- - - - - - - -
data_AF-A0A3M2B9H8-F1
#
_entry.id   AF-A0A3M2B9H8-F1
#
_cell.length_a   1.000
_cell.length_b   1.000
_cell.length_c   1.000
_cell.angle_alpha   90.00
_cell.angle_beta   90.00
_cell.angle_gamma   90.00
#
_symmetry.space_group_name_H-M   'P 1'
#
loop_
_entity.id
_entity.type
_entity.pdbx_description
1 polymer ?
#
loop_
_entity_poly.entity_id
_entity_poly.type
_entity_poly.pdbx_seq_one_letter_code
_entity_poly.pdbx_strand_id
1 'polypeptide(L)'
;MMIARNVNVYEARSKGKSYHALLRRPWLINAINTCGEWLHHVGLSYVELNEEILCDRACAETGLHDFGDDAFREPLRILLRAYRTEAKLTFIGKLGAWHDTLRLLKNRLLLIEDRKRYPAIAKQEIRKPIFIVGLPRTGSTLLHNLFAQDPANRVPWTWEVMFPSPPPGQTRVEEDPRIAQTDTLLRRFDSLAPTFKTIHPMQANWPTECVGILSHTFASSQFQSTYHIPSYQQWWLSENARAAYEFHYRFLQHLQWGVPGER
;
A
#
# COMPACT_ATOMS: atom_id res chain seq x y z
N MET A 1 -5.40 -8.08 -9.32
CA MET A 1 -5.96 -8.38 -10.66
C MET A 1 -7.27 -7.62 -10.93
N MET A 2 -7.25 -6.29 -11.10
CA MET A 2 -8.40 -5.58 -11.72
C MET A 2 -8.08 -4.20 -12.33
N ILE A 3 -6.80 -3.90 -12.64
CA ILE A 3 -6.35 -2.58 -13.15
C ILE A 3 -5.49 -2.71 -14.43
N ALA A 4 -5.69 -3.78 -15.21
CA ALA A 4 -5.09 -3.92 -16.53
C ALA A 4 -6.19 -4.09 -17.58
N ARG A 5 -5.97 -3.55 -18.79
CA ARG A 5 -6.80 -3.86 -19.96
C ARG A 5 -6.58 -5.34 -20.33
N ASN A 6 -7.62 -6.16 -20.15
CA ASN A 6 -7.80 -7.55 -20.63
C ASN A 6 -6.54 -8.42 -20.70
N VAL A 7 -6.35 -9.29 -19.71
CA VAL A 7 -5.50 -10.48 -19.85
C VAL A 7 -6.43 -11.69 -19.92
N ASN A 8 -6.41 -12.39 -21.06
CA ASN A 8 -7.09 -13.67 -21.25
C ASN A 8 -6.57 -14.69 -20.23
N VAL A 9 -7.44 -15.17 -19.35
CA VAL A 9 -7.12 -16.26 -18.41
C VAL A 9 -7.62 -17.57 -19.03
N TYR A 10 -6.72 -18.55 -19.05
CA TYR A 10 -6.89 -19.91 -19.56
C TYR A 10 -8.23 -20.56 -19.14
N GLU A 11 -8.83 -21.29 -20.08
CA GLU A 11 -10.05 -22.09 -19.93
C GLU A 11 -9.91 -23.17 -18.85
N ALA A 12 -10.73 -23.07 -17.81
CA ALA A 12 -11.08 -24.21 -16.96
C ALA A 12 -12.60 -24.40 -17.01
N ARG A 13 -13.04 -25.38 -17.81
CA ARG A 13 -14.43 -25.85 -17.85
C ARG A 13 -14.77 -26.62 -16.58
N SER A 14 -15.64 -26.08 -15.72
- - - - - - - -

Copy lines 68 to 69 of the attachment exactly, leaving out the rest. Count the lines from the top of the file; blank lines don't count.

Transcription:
CA ARG A 13 -14.43 -25.85 -17.85
C ARG A 13 -14.77 -26.62 -16.58